1 Thessalonians 3:9-13 - A Hope and a Prayer
3:9How can we thank God enough for you in return for all the joy that we feel before our God because of you? 10Night and day we pray most earnestly that we may see you face to face and restore whatever is lacking in your faith.11Now may our God and Father himself and our Lord Jesus direct our way to you. 12And may the Lord make you increase and abound in love for one another and for all, just as we abound in love for you. 13And may he so strengthen your hearts in holiness that you may be blameless before our God and Father at the coming of our Lord Jesus with all his saints.
About 1 Thessalonians: Paul’s letter to the church in Thessalonica is probably the oldest of all of Paul’s letters, dating to about 50 A.D. Paul wrote this letter, probably from Corinth, shortly after leaving Philippi where he and others were “shamefully treated”. Thessalonica was part of the Roman Empire. Named after Alexander’s half-sister and founded in 316 B.C.E., it gained Roman patronage in 167 B.C.E. It was a cultural and cultic center and became a key trading center in the region. Residents were very much dependent on Rome economically and culturally. By the time Paul visited, the Roman Empire, was seen as the towns and the people’s salvation. This led to deep conflicts with the church whose members refused to worship the government and, at least technically, claimed that only Jesus was their source and salvation. An interesting nuance to the church’s mindset has come to light in recent scholarship. Some now suggest that Paul visited Thessalonica in 49 C.E. to preach the Gospel there. His words were heard by a group of day laborers who received them as hope for both the lives they lived and for the future for which they hoped. It was from these humble workers that the church was born and expanded.
Issues of the church in Thessalonica: Paul’s letter is a response to a report sent to him from Timothy who he had dispatched to check on the church. Due to circumstances that were beyond his control, Paul had to leave the fledgling church he was founding before he, or they, were ready. They have previously written to Paul raising several important questions that are causing them problems. It was these questions that led Paul to send Timothy to check on them. Timothy gives a hopeful report but also raises lingering problems. Paul’s response to these questions deals with issues of personal morality, the role of love and work in the community, the destiny of the Christian dead and the grief of the community. Remember that most of these early Christians believed that Jesus would return for them very soon and that they would likely escape death at his coming. Because of this belief they were confused and upset that some of their number had died and they don’t know what that means, either for those who died in the faith or for them if they do not survive to see Jesus’ glorious return.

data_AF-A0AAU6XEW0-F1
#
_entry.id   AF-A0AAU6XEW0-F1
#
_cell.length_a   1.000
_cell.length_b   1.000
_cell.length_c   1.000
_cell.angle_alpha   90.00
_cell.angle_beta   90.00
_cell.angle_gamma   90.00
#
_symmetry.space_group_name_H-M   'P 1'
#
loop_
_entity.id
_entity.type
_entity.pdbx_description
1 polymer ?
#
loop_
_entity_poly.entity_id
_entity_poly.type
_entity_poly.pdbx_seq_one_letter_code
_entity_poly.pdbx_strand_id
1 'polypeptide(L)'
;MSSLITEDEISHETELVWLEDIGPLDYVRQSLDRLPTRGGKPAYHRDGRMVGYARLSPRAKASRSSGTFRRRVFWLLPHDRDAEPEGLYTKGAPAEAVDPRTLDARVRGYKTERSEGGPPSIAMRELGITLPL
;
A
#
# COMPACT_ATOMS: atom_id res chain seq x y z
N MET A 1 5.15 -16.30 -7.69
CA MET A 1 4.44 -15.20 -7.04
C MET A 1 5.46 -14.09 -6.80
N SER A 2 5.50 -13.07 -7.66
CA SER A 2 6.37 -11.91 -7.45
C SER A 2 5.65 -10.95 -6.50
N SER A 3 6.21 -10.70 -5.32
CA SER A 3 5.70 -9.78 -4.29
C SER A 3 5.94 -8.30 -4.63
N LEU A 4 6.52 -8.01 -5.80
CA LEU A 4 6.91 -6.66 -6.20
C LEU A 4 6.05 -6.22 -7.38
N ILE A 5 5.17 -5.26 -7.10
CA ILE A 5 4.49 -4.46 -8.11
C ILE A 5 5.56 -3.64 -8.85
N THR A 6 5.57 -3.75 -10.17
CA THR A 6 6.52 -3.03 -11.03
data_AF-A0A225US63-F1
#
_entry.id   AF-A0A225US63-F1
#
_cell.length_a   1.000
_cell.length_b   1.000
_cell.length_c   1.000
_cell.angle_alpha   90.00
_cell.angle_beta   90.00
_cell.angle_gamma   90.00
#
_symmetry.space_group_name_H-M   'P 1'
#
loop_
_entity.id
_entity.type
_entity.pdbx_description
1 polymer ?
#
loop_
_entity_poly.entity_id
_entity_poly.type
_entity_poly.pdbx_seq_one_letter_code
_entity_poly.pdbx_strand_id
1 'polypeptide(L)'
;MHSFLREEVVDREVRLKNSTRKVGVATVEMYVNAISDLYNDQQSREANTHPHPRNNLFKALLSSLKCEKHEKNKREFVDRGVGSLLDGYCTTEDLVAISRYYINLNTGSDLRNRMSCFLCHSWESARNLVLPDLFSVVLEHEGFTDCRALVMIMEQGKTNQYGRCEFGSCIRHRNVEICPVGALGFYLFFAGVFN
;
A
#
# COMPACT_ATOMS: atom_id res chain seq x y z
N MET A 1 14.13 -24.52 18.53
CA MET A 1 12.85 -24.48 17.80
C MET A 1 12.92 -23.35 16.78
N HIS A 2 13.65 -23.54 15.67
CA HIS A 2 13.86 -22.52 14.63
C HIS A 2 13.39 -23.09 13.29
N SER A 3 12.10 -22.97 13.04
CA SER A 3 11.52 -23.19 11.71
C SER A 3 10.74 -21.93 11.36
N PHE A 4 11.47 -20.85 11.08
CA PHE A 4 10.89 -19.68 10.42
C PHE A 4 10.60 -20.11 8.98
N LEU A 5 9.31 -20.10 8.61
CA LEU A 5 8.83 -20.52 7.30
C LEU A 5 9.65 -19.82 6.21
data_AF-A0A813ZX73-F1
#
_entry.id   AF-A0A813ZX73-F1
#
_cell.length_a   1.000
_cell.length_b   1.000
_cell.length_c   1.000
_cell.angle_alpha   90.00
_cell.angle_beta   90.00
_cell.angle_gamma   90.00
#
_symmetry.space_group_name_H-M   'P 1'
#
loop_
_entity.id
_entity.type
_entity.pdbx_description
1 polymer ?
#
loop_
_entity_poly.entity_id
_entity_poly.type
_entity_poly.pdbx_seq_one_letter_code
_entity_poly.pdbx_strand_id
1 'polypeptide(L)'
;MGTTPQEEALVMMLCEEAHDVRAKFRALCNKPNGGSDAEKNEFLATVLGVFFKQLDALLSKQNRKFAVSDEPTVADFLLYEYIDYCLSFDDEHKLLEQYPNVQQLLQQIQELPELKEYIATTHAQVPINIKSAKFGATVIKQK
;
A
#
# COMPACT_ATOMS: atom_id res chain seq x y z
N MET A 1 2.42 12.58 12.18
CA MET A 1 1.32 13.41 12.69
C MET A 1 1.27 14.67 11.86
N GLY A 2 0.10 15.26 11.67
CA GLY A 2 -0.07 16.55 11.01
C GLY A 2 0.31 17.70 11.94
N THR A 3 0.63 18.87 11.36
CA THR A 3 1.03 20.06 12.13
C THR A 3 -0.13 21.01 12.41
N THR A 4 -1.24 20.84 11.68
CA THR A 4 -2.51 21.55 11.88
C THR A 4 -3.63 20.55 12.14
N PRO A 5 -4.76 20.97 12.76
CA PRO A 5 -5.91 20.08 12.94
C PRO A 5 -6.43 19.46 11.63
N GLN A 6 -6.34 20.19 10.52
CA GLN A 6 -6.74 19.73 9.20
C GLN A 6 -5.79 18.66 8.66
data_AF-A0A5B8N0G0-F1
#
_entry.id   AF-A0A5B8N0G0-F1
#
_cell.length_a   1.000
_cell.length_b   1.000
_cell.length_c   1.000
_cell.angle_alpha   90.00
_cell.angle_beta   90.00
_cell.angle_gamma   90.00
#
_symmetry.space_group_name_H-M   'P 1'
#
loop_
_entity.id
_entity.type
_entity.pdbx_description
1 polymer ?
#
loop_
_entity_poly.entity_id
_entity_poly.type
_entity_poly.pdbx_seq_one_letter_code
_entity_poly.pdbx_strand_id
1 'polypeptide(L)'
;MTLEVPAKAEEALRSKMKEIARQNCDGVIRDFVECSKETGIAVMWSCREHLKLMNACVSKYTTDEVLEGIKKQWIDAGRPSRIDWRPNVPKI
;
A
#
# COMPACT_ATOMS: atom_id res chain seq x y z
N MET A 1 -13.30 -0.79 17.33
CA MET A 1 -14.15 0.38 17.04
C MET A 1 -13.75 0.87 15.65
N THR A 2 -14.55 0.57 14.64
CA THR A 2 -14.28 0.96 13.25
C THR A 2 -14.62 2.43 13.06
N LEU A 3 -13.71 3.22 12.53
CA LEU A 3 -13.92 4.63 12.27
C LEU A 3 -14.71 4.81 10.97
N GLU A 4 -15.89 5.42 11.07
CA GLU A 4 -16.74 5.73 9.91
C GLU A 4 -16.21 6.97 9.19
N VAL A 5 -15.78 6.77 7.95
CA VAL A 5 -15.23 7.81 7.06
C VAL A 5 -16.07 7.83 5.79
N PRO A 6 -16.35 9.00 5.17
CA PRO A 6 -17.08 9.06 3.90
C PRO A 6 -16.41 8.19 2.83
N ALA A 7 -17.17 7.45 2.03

Today’s Passage: Today’s short section consists of two parts. It begins with a joyous outpouring of love from Paul to the church he founded but had to leave. It is just brimming with appreciation, love and longing to be with them in the flesh. He is proud of them and wants them to know how much joy he gets when he hears about their continued efforts and the growth of the church. He assures them that he prays for them and hopes he can return for a visit to help build them up further. Then he closes this section with a benediction that serves as a transition between his celebration of Christian friendship and the training course in faithful living that follows.